This title was reviewed on Nintendo Switch, but is also available on PC, PS4, and Xbox One.
There is something so special about playing tabletop games. Some of my greatest memories are playing tabletop games as a family or with friends. Bringing everyone together to have a friendly rivalry is unmatched by anything else. Even video games haven’t given me quite the same intense completion. But there are a lot of things that video games achieve and add onto the tabletop formula that playing in real life suffers from. I love when classic or new tabletop games get ported to consoles and or PC because when done properly it gives a whole new spin on the game. One of my least favourite things about playing tabletop games in real life is the huge commitment most of them take. I remember games of RISK that would go on for days but with the support from videogames it takes out a lot of tiresome maths that drags the games along meaning you can speed through games. Whilst the math is fun, it is nice having that assistance and this creates a completely different play style when playing a tabletop game on a console.
This is what I found with Super Dungeon Tactics, a video game adaption of the much beloved, relatively new, table top game Super Dungeon Explore. Being one who hasn’t played the classic tabletop version, I had to research about it for this review and came to the conclusion that though these two games are relatively similar they each have their unique factors that make either one desirable. Super Dungeon Tactics takes the classic lore and play style from Super Dungeon Explore and mixes it with new elements to create a surprisingly well rounded game that stands as its own unique title. The best thing about this is that when you play Super Dungeon Tactics you really find yourself playing a tabletop game but just with more interactive visuals and gameplay elements that in my opinion heighten the enjoyment you would find. So let’s break down all the reasons I enjoyed Super Dungeon Tactics so much, and trust me there is a lot to like.
As I mentioned earlier, Super Dungeon Tactics is a tabletop game but it also shares elements with Adventure and RolePlaying games. The story follows a small party of two adventures, A fiery witch and a brawly dwarf as they stumble upon a mysterious village. You protect the village from evil creatures and decide to help defend it while also finding out the secrets of this unknown village. As you adventure out completing quests you bump into other charismatic characters who decide to join your guild. This quickly expands your playable roster of characters from just 2 to a final whopping 15. The story of Super Dungeon Tactics is simple at best and is mainly used as a vehicle for your characters to explore and meet others. Though the depth of the game isn’t found through its story but rather from the characters and their interaction in the party. So even though I knew the story was shallow I never really minded because I was so intrigued by all the different party members I was accumulating.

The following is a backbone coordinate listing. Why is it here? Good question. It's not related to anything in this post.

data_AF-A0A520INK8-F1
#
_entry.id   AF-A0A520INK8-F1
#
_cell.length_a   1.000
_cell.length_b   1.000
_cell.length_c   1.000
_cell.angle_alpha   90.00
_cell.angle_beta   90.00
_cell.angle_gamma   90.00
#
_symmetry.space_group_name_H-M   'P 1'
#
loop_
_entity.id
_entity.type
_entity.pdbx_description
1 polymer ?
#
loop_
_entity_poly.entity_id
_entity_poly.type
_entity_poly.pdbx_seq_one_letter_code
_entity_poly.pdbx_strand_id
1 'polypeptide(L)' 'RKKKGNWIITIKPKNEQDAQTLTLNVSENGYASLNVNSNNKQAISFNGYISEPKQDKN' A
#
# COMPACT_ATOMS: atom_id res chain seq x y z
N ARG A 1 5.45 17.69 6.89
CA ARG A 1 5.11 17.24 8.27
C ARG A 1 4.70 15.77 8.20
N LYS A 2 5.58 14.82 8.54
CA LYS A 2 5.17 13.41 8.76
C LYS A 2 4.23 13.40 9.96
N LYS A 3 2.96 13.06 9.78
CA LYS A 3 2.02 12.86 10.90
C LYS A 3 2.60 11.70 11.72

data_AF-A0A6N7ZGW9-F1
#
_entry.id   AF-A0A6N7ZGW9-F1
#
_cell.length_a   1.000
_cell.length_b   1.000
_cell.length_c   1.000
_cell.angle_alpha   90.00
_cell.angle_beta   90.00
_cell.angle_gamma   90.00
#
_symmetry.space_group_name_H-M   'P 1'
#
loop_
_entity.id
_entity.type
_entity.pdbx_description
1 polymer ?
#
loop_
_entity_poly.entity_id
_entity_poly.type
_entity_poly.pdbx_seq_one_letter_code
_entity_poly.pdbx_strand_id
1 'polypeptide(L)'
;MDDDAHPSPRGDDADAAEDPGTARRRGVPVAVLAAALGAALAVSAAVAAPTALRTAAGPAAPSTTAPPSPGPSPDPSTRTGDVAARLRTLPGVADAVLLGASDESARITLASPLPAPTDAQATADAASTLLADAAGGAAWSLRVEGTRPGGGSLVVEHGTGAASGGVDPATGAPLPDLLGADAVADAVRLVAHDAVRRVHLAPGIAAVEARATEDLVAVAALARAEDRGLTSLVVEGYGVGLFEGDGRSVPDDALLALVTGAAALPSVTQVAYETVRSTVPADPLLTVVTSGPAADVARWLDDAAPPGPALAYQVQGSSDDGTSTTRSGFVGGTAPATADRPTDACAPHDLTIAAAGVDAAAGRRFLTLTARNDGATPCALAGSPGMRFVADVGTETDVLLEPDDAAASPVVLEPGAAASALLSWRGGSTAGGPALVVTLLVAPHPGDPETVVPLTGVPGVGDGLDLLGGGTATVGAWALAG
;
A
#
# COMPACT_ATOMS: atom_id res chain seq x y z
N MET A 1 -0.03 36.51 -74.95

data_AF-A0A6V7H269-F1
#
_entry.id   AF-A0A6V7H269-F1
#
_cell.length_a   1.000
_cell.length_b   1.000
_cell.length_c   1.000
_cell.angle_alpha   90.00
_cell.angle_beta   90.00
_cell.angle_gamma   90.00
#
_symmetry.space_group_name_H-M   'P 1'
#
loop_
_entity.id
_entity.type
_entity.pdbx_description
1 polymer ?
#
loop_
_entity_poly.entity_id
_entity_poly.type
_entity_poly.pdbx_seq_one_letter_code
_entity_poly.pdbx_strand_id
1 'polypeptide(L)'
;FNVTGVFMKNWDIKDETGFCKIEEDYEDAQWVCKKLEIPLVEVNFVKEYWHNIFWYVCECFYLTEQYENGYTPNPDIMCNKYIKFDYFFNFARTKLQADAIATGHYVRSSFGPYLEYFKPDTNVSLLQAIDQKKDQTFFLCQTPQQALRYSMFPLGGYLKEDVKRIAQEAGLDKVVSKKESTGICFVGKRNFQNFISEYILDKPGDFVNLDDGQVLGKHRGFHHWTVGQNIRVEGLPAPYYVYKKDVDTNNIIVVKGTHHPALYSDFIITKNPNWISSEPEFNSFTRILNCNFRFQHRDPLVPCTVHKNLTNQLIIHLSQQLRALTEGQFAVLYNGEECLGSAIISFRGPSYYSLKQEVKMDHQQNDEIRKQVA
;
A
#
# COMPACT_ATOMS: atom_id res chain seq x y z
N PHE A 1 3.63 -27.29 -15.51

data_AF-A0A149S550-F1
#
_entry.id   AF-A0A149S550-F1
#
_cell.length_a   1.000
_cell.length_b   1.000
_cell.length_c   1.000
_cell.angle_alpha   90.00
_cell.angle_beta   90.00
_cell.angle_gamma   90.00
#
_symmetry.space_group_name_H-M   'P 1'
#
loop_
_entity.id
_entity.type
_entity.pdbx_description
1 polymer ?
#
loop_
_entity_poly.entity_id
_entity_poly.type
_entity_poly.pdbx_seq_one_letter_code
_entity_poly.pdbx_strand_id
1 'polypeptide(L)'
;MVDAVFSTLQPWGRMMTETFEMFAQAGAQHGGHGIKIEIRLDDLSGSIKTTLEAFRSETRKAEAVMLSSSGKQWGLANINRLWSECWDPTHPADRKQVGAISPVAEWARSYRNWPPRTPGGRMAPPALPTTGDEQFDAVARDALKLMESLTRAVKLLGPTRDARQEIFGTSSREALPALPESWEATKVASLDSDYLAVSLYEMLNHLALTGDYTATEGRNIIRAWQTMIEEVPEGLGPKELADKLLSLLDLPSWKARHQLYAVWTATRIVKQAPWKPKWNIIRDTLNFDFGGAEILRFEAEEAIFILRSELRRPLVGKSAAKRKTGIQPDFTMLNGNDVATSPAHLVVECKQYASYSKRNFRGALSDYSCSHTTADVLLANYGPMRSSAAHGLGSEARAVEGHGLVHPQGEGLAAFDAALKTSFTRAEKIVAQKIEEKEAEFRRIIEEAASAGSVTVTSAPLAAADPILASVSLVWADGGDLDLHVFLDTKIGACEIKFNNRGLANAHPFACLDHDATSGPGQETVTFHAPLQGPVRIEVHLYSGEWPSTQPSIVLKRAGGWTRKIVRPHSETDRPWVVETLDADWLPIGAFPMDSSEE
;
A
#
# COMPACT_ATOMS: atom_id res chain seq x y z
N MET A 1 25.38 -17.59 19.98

That’s one thing that Super Dungeon Tactics has going for it in spades. Character. Every single playable character has so much personality to them. Whether it be through their design, their dialogue, or even how it’s reflected in their move set! Every one plays out in such a different way that you can pick and choose favourites. Personally, I’m drawn towards the edgy crossbowman who doesn’t say much but when he does it packs a punch, just like his attacks. It also helps that nearly every character is yours to name meaning that you feel attached to them like a proud video game parent.
However, Super Dungeon Tactics doesn’t fall into the pitfalls that other RPG’s suffer from. That is, over leveling your favourite few characters while the rest fall to the wayside. They manage to avoid this and keep every character viable at all times by levelling up through equipment that you find while questing. This means you could ignore a character like the imp all game but pick up a sick dagger that would work perfectly with her so all you need to do is slap it on her along with higher leveled armour and she’s as good as that crossbowman you’ve been using exclusively. This works well because it means you play your main because they match your playstyle, not just because they are the highest level, or because leveling others would be to much of a grind.